Leaders of Zimbabwe's ruling party met Friday to decide whether President Robert Mugabe should stand for reelection next year. There are reports that some party leaders believe the 83-year-old president should retire but Mr. Mugabe has been buoyed by an expression of support from southern African leaders. Correspondent Scott Bobb reports from our Southern Africa Bureau in Johannesburg.
The meeting by the Central Committee of President Robert Mugabe's ZANU-PF party followed a call Thursday by southern African leaders in Tanzania for Western governments to lift all sanctions against Zimbabwe.
Zimbabwe's state-owned media hailed the statement as a victory for Mr. Mugabe, who has come under international criticism in recent weeks for the arrest and beating of dozens of opposition leaders.
The secretary-general of the opposition Movement for Democratic Change, Tendai Biti, said the African leaders ignored the real crisis in Zimbabwe, which he said is over unemployment, food shortages, corruption and political repression.
"There was a game of ping-pong, or table tennis. The loser there was the Zimbabwean people. And I think that everyone is oblivious to the need for a democratic, peaceful settlement to Zimbabwe," he said.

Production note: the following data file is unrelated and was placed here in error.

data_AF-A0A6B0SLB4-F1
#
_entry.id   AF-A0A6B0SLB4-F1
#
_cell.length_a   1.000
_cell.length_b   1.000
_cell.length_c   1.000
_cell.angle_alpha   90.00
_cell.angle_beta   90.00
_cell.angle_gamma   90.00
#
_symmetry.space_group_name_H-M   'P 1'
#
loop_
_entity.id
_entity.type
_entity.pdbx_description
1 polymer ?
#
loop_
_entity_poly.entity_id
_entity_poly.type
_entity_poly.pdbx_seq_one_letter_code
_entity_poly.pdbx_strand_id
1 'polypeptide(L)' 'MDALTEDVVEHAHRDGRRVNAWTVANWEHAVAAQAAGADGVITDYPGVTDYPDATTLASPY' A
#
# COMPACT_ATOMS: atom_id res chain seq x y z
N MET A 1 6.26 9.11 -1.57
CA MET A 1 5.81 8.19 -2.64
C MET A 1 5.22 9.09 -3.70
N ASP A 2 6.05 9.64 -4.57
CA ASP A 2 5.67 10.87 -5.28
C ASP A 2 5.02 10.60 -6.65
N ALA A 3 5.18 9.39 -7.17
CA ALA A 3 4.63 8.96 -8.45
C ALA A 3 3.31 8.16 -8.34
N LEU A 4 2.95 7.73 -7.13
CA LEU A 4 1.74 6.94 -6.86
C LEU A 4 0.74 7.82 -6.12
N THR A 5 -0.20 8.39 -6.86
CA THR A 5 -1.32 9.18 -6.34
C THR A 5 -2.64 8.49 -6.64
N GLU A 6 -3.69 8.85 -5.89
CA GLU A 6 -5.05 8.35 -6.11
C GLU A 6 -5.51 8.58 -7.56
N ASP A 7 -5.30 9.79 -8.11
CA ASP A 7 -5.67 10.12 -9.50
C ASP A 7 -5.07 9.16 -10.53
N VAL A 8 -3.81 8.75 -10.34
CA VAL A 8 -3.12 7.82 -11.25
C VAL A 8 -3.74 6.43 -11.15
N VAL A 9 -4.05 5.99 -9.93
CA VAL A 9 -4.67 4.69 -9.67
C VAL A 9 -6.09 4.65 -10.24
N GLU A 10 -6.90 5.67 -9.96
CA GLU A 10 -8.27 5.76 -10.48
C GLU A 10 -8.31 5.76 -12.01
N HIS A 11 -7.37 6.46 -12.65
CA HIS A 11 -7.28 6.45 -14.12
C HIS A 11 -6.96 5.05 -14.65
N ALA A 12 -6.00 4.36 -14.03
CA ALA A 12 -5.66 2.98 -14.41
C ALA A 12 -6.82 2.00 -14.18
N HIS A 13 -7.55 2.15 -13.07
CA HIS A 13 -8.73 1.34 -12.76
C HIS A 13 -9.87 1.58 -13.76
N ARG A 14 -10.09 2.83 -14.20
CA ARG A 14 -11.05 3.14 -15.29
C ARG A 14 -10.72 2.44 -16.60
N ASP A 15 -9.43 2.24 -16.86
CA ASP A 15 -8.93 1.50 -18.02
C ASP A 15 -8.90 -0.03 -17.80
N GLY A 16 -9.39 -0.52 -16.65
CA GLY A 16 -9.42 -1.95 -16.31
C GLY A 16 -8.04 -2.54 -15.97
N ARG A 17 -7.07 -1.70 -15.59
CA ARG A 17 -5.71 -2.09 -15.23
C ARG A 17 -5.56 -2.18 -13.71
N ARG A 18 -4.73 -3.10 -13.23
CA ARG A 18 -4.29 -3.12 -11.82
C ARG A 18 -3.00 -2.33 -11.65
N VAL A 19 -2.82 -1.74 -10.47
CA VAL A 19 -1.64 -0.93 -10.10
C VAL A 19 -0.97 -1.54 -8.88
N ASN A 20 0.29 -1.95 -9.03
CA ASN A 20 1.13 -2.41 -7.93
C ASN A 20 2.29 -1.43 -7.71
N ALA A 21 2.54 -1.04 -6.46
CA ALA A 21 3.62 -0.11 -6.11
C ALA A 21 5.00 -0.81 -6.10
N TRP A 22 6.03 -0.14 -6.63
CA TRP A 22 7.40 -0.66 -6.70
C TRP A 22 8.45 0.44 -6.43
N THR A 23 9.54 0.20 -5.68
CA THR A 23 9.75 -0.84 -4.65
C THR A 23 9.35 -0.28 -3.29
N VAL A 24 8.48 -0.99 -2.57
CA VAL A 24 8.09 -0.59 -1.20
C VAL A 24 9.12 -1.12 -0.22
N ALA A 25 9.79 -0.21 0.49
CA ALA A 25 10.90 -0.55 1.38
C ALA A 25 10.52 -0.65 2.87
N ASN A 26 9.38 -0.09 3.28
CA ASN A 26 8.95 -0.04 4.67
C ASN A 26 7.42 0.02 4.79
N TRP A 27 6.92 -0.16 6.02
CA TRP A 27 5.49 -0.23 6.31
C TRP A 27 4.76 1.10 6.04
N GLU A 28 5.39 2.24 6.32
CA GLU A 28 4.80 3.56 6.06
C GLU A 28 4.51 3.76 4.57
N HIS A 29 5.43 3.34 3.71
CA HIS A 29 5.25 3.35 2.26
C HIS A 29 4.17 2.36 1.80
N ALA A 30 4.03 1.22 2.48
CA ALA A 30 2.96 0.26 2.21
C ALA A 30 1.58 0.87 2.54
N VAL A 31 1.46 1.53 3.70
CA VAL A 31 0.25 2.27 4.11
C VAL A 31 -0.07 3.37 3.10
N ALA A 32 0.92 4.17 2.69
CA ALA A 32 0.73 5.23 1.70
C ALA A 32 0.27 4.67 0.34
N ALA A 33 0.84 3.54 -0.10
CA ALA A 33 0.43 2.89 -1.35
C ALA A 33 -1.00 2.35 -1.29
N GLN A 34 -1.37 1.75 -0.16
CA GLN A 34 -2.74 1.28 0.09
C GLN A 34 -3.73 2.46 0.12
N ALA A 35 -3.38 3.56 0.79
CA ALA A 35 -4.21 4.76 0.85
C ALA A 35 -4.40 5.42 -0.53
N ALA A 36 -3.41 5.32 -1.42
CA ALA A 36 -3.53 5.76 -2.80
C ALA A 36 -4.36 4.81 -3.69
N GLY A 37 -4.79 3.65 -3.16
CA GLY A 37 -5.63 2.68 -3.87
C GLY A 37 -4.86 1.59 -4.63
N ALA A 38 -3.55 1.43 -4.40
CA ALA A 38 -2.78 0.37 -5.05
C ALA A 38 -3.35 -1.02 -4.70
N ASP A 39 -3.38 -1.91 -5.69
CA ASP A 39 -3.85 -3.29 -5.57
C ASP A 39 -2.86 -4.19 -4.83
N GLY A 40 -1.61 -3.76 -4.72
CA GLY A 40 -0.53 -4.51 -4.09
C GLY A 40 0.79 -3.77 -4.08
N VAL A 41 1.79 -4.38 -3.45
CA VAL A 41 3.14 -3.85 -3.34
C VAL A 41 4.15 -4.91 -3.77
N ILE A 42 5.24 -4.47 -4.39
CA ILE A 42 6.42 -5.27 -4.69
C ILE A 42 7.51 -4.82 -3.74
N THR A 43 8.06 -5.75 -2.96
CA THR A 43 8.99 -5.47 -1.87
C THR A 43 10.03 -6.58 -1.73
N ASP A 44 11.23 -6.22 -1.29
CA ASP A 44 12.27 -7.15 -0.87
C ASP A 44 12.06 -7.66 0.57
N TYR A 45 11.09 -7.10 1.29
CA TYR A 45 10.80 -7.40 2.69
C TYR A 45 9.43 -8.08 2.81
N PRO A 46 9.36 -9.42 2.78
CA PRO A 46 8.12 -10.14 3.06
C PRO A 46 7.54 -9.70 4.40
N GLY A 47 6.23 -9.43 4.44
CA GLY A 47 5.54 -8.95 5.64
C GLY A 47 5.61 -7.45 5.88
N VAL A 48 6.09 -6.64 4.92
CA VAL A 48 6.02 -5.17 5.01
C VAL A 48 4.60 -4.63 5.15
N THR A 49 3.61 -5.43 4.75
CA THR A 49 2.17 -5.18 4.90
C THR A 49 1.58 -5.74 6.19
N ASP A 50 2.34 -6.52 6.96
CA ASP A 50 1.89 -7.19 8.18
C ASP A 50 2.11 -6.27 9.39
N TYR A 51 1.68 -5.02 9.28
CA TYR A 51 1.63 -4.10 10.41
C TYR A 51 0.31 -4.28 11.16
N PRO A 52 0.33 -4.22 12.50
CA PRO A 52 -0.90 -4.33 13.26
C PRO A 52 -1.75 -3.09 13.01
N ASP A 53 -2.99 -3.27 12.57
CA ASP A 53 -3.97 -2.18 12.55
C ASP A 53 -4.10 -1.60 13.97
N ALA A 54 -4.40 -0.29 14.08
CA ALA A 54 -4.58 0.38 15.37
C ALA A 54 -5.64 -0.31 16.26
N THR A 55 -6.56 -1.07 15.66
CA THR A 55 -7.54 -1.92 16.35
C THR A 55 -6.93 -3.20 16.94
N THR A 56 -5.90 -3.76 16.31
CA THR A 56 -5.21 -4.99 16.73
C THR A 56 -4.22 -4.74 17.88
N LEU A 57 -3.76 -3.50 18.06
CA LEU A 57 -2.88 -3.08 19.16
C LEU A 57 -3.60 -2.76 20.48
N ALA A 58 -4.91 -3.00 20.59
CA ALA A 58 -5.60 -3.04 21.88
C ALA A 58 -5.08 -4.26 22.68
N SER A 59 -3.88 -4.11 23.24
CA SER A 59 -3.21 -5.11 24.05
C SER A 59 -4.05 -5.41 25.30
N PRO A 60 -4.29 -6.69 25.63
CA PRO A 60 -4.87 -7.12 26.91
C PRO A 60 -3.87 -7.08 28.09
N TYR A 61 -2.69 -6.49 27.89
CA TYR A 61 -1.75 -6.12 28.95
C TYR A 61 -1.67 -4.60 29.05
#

Tanzanian President Jakaya Kikwete, who chaired Thursday's summit, acknowledged the complexity of Zimbabwe's crisis.
"What the government is perceiving as the problem, what the media are saying, what the international community is saying, all those are the issues that translate into what we call the difficult political situation in Zimbabwe," he said.
But he added that dialogue is the only solution.
South African President Thabo Mbeki was asked to negotiate talks between ZANU-PF and the opposition. MDC's Biti said his group was open to such talks but only under certain conditions.
"We are prepared to dialogue with ZANU-PF but we are not prepared to dialogue with ZANU-PF as long as Mugabe is part of the equation. Mugabe belongs to the past; he belongs to history," he said.
Zimbabwe is due to hold elections next year. Biti said his faction of the MDC would participate but only after a new constitution is drafted.
Political tensions have been rising in Zimbabwe due to high unemployment, food shortages and rising inflation. A series of gasoline bomb attacks have added to the anxieties.
The Zimbabwean government accuses the opposition of responsibility for the attacks, which opposition leaders deny.